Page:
Columbia Teachers College in New York City is one of the oldest and best-known teacher preparation institutions in the country. Selection as president there requires some degree of skill and experience, to put it mildly. And, Arthur Levine is a past president at Columbia.
More recently, Levine has authored a number of remarkably candid reports about the condition of education in the US.
His Educating School Teachers report identifies many severe problems with the way K to 12 school teachers are educated in the country, as even a review of the report’s table of contents reveals. Topics include:
- Teacher Education in Flux
- The Pursuit of Irrelevance
- Inadequate Preparation
- A Curriculum in Disarray
- A Disconnected Faculty
- Low Admission Standards
- Insufficient Quality Control
- Disparities in Institutional Quality
- Exemplary Teacher Education Programs
- Educating the Teachers America Needs.
That pretty well sums it up!
Levine also takes strong shots at the crowd who conduct research in the education area in his Educating Researchers report.
In this report Levine writes:
“This study is unlike any other I have conducted. It quickly became apparent that in today’s highly charged environment, those interviewed for this study had less interest in “truth telling” than in defending their positions.”
Talk about candor – Levine is steeped in it.
All of this makes comments Levine made last summer on NPR even more interesting.
“Most education schools have such low admission standards and are of such poor quality, Levine says, it would be easier to replace them than repair them.”
Hmmm. As I look at the recent rather disappointing education data from Kentucky’s 2014-15 school year (such as sinking college-going, reports from college professors that incoming freshmen are less ready, obvious evidence of growing achievement gaps that even legislators now acknowledge, and even an indication that our senior state educators really don’t understand how to administer a standards-based education system), I realize that even if the Common Core State Standards were superior (they are not), nothing really magnificent is going to happen in our classrooms if teachers manning them are not up to snuff either due to inadequate preparation or unsuitability for the profession. And, it should be the job of our education schools to deal with those issues.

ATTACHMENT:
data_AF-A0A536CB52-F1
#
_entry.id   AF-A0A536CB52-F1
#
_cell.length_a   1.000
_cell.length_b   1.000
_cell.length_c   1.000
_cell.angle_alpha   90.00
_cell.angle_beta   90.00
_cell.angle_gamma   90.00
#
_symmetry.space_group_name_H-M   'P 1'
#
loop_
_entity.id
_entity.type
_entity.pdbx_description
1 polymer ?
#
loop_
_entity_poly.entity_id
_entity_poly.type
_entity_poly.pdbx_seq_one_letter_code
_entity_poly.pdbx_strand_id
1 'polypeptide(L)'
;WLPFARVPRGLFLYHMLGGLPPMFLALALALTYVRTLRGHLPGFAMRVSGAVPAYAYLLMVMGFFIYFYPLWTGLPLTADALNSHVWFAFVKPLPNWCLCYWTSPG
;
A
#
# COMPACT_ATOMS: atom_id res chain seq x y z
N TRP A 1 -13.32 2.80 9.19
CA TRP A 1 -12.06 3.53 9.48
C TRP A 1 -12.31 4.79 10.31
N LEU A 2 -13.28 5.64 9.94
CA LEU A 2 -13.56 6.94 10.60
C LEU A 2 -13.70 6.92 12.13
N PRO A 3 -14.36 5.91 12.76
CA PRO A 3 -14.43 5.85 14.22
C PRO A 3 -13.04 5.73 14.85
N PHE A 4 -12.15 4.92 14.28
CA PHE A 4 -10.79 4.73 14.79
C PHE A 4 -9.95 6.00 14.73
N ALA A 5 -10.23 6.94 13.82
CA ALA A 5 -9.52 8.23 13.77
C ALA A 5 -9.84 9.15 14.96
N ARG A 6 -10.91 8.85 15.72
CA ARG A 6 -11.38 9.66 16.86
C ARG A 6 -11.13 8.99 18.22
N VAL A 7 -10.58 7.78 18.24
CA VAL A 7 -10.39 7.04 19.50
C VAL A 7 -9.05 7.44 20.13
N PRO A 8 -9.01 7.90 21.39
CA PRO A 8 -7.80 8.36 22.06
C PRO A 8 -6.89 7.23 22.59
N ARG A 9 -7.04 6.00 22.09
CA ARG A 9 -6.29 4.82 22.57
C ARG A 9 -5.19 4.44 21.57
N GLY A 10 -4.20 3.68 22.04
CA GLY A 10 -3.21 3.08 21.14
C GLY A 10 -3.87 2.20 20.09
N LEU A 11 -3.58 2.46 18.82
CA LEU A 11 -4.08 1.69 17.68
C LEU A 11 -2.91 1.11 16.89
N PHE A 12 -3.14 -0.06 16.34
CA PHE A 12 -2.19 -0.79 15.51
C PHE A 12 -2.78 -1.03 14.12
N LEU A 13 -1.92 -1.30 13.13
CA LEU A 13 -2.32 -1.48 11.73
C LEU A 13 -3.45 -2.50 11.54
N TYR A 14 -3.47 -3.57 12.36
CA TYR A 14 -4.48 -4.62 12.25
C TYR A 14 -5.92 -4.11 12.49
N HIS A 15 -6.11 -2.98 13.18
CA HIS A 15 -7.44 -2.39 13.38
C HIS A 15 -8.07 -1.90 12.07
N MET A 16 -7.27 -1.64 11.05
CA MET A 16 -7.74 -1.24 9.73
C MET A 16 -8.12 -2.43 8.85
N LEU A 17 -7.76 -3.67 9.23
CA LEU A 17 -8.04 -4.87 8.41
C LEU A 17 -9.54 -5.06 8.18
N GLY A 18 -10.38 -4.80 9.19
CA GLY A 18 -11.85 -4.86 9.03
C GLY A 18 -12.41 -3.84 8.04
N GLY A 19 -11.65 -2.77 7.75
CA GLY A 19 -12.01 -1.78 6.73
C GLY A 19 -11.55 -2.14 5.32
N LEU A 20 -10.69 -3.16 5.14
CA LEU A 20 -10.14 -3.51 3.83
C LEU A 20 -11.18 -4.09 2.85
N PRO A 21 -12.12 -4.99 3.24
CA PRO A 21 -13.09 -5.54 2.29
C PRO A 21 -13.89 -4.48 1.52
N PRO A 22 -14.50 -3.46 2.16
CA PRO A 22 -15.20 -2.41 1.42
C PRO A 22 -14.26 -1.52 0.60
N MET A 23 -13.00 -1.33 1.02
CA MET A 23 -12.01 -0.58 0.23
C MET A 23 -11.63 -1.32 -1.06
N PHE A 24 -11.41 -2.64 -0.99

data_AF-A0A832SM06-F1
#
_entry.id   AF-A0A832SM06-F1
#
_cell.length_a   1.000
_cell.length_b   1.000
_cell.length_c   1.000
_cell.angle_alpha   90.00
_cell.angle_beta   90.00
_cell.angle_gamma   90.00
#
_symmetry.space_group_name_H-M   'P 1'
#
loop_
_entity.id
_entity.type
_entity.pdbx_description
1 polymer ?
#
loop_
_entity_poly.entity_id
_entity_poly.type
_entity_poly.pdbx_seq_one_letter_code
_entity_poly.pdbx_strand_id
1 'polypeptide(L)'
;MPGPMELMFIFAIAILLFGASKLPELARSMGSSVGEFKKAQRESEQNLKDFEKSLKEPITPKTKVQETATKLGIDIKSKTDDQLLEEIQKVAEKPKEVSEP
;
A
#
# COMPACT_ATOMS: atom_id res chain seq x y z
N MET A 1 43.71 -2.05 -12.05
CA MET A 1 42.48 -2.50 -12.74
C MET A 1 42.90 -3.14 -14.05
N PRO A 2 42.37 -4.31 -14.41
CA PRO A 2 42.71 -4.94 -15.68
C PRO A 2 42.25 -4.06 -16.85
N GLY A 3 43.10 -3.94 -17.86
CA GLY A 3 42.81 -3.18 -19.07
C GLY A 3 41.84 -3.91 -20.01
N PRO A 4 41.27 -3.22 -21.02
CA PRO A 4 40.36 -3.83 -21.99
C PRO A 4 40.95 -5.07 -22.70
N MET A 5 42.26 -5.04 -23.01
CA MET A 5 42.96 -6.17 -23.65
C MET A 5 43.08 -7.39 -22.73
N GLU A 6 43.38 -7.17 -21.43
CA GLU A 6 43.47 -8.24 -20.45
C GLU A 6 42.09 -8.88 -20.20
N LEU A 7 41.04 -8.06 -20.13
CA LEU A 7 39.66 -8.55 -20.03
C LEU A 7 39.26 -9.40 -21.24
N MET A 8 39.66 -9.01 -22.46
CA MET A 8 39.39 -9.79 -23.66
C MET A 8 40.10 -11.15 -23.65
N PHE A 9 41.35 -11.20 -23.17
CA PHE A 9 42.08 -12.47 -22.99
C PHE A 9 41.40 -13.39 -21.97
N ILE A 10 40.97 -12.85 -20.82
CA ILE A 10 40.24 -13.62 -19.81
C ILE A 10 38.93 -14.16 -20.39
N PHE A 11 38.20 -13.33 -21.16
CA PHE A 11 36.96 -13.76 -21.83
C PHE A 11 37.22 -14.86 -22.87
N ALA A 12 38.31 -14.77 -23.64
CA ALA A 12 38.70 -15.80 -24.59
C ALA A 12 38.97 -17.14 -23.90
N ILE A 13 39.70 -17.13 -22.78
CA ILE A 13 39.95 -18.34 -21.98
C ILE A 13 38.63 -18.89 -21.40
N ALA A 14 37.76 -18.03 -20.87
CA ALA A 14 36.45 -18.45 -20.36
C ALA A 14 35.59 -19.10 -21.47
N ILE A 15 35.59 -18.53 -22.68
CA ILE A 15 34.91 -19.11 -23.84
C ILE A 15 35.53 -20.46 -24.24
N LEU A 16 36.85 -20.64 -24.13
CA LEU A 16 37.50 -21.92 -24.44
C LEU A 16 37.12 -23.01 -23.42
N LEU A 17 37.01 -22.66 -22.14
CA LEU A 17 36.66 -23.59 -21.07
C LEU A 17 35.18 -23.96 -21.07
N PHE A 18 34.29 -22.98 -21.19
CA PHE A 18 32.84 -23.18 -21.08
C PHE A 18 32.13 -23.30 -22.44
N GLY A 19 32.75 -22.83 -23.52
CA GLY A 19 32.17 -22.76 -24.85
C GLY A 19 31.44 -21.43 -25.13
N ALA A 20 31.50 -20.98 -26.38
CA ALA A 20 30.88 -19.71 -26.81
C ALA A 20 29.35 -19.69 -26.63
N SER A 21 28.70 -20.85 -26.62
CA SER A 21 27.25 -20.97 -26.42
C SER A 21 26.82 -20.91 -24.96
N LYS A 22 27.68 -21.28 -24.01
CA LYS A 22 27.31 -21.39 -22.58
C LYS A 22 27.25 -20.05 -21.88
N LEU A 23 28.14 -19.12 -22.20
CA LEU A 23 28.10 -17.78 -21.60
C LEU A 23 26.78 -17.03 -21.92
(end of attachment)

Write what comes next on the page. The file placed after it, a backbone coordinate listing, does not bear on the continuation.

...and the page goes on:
Certainly, experience from charter schools and private schools shows that an education school preparation isn’t necessary to create excellent teachers. Both of these school choice alternatives have employed non-education school trained teachers with good results. In fact, some of the alternative certification teachers in our traditional public school system are also reported to be doing very well in the classroom.
So, maybe Levine is on to something. It might be time to take a hard look at how Kentucky’s education schools are operating – who do they accept as teacher candidates, how do they do research and decide on exactly how to train those candidates, and how well do our Ed Schools actually do that training?
After all, when someone of Levine’s character and background is now talking about totally replacing the existing education schools, only the very foolish would fail to at least pay attention.